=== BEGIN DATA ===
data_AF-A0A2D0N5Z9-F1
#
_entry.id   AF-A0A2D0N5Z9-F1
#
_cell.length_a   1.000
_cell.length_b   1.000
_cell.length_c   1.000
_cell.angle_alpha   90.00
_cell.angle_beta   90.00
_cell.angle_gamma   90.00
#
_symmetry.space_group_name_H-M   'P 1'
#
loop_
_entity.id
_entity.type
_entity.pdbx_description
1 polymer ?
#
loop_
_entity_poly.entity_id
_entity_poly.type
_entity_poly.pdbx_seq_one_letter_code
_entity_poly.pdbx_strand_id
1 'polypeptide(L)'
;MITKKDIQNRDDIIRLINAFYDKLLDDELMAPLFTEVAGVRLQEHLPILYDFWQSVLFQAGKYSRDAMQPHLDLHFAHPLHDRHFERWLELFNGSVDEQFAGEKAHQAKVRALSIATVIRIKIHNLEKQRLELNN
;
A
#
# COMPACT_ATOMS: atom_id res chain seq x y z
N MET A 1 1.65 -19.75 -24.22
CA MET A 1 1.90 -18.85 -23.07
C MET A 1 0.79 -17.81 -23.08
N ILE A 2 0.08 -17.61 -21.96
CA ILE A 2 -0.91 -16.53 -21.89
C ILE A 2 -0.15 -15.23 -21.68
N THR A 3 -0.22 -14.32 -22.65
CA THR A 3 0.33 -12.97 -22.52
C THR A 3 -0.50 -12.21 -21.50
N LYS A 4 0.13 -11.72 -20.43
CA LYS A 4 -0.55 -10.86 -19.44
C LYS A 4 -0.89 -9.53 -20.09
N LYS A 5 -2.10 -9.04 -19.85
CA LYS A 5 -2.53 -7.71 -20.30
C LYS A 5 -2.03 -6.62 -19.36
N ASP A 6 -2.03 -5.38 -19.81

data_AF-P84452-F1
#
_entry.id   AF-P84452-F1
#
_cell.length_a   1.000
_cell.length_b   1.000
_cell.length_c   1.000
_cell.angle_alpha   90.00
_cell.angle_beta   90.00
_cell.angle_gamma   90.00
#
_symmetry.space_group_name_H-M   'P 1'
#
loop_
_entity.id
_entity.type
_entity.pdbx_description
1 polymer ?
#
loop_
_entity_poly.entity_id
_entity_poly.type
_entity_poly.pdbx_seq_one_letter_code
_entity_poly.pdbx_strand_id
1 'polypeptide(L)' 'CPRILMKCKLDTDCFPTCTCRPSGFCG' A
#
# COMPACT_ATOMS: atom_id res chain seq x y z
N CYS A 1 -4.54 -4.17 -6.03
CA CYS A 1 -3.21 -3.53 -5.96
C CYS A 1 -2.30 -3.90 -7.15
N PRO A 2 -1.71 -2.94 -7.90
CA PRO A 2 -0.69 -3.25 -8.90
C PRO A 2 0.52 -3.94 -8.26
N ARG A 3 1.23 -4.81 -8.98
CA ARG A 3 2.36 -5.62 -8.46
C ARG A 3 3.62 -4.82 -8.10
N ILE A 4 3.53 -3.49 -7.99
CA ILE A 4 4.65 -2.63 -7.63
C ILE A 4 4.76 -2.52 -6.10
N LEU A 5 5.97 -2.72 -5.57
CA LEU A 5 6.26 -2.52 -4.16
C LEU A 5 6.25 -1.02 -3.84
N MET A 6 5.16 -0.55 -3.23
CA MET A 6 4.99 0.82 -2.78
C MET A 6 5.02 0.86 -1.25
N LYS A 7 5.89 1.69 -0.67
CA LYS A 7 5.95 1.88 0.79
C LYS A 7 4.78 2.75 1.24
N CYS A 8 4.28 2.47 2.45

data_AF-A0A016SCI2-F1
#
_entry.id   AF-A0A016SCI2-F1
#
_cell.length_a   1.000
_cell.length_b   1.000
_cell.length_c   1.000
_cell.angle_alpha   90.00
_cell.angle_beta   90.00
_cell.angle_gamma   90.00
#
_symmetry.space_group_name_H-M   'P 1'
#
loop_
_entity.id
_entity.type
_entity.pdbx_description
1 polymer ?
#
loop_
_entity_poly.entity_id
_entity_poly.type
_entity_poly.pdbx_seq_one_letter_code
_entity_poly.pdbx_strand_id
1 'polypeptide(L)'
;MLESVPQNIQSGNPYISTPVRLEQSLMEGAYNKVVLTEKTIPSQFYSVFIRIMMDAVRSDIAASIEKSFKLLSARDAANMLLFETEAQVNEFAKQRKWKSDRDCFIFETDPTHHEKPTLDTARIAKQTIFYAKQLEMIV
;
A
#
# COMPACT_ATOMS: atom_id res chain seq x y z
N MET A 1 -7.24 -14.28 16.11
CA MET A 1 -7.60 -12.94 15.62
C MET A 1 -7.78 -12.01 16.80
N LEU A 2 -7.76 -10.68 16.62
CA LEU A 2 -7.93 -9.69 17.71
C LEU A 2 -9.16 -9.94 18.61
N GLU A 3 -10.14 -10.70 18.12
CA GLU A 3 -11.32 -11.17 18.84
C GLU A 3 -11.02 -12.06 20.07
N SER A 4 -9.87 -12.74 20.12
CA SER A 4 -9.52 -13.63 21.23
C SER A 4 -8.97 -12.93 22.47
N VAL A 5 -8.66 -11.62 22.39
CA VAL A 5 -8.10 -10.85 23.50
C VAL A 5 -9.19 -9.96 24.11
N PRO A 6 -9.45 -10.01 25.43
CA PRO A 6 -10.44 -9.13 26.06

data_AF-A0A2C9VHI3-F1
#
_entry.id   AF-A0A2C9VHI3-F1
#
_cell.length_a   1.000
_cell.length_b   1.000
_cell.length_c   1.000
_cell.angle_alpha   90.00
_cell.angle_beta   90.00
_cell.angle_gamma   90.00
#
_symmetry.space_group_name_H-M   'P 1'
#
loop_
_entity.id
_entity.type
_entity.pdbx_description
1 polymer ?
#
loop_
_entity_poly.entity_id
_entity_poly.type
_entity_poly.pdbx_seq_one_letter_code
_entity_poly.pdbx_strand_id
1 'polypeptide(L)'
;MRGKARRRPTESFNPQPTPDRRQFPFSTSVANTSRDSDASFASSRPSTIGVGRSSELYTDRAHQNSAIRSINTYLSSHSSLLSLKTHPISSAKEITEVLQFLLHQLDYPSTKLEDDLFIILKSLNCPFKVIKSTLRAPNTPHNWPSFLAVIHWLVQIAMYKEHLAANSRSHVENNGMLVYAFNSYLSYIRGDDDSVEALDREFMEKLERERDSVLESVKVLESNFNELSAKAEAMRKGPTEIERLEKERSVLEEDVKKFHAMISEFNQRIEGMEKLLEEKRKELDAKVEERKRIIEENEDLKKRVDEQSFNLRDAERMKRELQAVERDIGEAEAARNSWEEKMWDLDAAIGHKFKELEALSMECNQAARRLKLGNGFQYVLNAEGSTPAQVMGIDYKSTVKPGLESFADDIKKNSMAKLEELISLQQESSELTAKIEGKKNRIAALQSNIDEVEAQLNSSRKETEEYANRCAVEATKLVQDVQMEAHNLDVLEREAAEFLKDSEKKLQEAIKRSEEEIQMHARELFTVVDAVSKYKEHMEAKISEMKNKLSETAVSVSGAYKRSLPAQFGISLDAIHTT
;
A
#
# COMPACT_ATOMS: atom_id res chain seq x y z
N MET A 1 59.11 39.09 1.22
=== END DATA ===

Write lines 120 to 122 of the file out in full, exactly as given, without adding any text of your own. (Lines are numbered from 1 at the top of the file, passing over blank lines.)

1 'polypeptide(L)'
;MLESVPQNIQSGNPYISTPVRLEQSLMEGAYNKVVLTEKTIPSQFYSVFIRIMMDAVRSDIAASIEKSFKLLSARDAANMLLFETEAQVNEFAKQRKWKSDRDCFIFETDPTHHEKPTLDTARIAKQTIFYAKQLEMIV
;